Apis mellifera (Italian or European bee) • • • • • 1. They also make multiple parallel combs in cavities in darkness. 2. They are larger than Indian bees but smaller than Rock bees. 3. They have been imported from European countries.(Italy) 4. They yield on an average 35Kg/hive/year. 5. They are less prone to swarming and absconding.
Stingless bee (Trigona iridipennis): • • • • • • • • • • Construct nests in tree hollows (or) cracks in walls Use a mixture of wax and resin/propolis for comb construction Nest entrance projects as an external tube Brood cells are surrounded by a sheath of involucrum Brood cells are spherical with an opening at the top Mass provisioning is given for the developing grub A mixutre of glandular secretions of the workers, honey given as larval food They are not truly stingless, but sting is poorly developed. They are efficient pollinators. They yield 300-400 g of honey per year.
Honey bee races Race Geographi cal distributio n Body size Body shape Tong ue lengt h (mm) Body colour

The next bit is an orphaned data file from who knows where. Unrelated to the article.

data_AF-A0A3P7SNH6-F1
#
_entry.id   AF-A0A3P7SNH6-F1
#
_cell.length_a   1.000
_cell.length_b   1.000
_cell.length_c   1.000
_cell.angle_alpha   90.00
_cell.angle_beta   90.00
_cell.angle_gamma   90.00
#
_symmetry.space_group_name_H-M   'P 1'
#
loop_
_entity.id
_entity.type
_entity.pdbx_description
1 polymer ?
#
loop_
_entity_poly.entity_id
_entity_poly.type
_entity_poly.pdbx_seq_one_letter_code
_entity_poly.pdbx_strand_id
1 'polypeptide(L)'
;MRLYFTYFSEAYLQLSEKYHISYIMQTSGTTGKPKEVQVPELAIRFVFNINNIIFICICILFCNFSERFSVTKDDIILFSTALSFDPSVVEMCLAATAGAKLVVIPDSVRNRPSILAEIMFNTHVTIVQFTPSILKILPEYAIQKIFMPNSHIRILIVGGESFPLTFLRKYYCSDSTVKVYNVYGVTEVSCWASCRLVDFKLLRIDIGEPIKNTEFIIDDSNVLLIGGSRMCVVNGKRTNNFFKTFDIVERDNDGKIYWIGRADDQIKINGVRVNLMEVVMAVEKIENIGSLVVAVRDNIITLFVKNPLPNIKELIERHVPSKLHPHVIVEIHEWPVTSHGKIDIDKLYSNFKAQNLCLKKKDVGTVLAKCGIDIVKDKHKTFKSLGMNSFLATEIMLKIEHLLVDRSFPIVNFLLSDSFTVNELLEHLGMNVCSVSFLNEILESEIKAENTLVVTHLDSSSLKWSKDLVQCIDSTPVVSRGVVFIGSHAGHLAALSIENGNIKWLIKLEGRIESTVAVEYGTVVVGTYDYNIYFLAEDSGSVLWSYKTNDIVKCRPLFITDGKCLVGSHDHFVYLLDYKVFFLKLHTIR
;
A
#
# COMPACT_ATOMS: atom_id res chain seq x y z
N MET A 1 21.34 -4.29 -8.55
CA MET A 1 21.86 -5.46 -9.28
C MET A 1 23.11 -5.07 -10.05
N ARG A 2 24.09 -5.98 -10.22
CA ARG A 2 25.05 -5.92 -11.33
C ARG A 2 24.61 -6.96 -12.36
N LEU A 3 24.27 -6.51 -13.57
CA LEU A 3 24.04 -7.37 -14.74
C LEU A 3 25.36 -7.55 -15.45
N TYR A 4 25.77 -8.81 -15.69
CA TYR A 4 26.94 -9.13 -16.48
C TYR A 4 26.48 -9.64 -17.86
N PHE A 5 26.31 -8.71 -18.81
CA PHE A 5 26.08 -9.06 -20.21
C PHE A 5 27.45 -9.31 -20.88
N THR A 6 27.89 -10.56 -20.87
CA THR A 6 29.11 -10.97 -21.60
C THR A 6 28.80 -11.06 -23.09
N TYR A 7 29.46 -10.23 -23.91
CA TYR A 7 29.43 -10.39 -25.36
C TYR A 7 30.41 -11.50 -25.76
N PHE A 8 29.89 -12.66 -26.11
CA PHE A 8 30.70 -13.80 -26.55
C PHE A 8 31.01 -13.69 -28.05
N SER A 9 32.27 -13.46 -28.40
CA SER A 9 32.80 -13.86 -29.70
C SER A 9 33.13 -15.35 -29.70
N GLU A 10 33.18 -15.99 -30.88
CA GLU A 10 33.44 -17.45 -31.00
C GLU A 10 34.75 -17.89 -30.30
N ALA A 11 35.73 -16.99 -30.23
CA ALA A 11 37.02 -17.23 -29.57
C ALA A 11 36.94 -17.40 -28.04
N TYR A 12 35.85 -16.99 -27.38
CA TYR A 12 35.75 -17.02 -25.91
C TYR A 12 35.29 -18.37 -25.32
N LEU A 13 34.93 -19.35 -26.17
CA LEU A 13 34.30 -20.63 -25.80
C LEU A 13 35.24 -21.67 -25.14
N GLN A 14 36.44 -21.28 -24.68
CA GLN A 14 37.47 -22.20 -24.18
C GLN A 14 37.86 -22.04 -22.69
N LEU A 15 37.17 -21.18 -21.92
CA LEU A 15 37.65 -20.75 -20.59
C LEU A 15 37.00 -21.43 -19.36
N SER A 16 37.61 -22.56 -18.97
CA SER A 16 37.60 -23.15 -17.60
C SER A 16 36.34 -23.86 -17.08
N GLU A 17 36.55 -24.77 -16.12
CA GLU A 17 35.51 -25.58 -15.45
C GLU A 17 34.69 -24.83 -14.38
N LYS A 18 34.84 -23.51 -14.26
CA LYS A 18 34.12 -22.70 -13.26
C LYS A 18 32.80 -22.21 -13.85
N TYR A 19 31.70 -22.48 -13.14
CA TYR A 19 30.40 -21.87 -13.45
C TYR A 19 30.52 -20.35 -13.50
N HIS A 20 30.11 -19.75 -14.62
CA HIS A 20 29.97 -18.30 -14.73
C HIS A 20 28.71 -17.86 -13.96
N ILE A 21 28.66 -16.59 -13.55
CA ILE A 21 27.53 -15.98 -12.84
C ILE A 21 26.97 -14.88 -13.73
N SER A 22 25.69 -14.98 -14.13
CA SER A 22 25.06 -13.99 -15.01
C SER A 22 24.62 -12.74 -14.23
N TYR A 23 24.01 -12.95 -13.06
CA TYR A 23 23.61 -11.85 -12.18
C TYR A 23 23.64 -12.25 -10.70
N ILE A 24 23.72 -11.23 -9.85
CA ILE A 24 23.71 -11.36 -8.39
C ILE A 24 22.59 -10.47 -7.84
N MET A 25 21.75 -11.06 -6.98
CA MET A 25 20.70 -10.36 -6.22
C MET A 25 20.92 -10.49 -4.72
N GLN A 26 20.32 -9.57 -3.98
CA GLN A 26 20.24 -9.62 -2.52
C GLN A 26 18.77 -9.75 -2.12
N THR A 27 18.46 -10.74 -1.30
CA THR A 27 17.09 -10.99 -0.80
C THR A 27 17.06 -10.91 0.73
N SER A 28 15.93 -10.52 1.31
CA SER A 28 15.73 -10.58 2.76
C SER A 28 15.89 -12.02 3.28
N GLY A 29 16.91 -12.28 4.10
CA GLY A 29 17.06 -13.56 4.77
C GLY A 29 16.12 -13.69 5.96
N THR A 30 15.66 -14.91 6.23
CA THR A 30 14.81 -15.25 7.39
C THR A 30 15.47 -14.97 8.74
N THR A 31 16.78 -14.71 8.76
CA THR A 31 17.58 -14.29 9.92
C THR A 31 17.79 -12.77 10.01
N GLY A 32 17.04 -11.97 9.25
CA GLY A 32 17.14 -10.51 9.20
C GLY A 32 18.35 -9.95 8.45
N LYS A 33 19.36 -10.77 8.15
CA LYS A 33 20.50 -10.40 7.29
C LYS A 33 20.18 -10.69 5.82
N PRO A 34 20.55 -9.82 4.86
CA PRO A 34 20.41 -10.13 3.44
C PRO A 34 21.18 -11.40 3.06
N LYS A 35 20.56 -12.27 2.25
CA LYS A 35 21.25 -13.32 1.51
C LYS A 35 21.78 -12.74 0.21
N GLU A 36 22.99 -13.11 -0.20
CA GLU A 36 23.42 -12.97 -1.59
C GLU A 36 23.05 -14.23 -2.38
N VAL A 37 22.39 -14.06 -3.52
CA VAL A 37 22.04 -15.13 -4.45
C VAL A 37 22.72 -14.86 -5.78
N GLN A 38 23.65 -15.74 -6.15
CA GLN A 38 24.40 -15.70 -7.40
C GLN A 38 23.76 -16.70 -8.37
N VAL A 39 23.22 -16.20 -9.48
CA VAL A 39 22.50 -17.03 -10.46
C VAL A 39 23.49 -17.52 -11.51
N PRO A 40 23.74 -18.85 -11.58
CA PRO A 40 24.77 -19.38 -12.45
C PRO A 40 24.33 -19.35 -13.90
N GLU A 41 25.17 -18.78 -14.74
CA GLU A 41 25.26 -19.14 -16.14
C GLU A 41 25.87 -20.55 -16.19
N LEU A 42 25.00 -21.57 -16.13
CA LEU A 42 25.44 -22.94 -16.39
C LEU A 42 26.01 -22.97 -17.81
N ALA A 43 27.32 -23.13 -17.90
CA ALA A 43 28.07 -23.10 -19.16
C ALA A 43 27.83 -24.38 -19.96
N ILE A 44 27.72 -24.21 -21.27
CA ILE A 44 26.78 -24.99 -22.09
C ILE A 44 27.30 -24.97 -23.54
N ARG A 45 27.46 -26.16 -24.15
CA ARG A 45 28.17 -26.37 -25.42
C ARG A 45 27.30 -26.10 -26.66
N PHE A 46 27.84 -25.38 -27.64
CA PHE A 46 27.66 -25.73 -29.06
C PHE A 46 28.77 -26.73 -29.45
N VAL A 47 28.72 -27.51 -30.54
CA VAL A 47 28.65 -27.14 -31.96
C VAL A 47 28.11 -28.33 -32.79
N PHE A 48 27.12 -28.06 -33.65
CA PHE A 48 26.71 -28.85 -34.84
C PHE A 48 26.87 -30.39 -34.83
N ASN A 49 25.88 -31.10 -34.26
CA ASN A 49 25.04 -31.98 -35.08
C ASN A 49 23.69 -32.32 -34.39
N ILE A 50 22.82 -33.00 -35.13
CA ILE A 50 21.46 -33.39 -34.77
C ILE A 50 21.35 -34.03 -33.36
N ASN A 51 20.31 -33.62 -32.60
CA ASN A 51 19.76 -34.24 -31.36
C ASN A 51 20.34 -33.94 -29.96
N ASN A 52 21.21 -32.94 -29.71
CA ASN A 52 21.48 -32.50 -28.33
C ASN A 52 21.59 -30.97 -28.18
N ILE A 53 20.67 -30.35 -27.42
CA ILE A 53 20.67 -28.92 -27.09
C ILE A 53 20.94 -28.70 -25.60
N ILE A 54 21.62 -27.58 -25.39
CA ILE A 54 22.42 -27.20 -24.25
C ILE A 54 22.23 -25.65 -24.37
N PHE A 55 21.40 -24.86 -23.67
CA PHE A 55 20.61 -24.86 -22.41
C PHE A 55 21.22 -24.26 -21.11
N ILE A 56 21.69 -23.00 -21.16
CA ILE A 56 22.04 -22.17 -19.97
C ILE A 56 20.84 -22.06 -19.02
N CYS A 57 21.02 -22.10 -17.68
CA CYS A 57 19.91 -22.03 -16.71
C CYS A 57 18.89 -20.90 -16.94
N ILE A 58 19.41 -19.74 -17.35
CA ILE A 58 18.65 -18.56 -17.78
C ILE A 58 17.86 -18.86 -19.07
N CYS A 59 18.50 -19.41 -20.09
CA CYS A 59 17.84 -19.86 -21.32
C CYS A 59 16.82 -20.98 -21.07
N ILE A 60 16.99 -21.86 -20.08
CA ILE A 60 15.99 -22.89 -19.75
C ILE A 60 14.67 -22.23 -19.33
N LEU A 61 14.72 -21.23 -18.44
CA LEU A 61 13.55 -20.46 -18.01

A. Easter n Races A. mellifera remipes A. mellifera syriaca Armenica, east Anatolia, Iran -Syria, Israel, Labenon ------
A. Europe an Races A.mellifera mellifera Spain, France, Belgium, Netherland s, Germany, Switzerland , Scandinavi a, Poland, Russia, erstwhile Czechoslov akia, Britain Italy now spread in other countries also ---Black bee --
Comparativ ely gentle
A. mellifera carnica
Austria, Balkan region (Yugoslavia ) Caicasus (USSR)
Small er than mellif era As in ligusti ca
A. mellifera caucasia A. African Races A. mellifera intermissa
North Africa (from Libya to Morocco) Small pocket in Rif Mountain (Morocco) Nile valley in Egypt
Dark pigment, sparse hairs Dark with yellow markings
Strong reproductiv e swarming Little known about biology
A. mellifera major
A. mellifera lamarckii
Mediu m/ long
Intense yellow colour, broad tomenta Intense yellow colour Yellow markings
Many swarm cells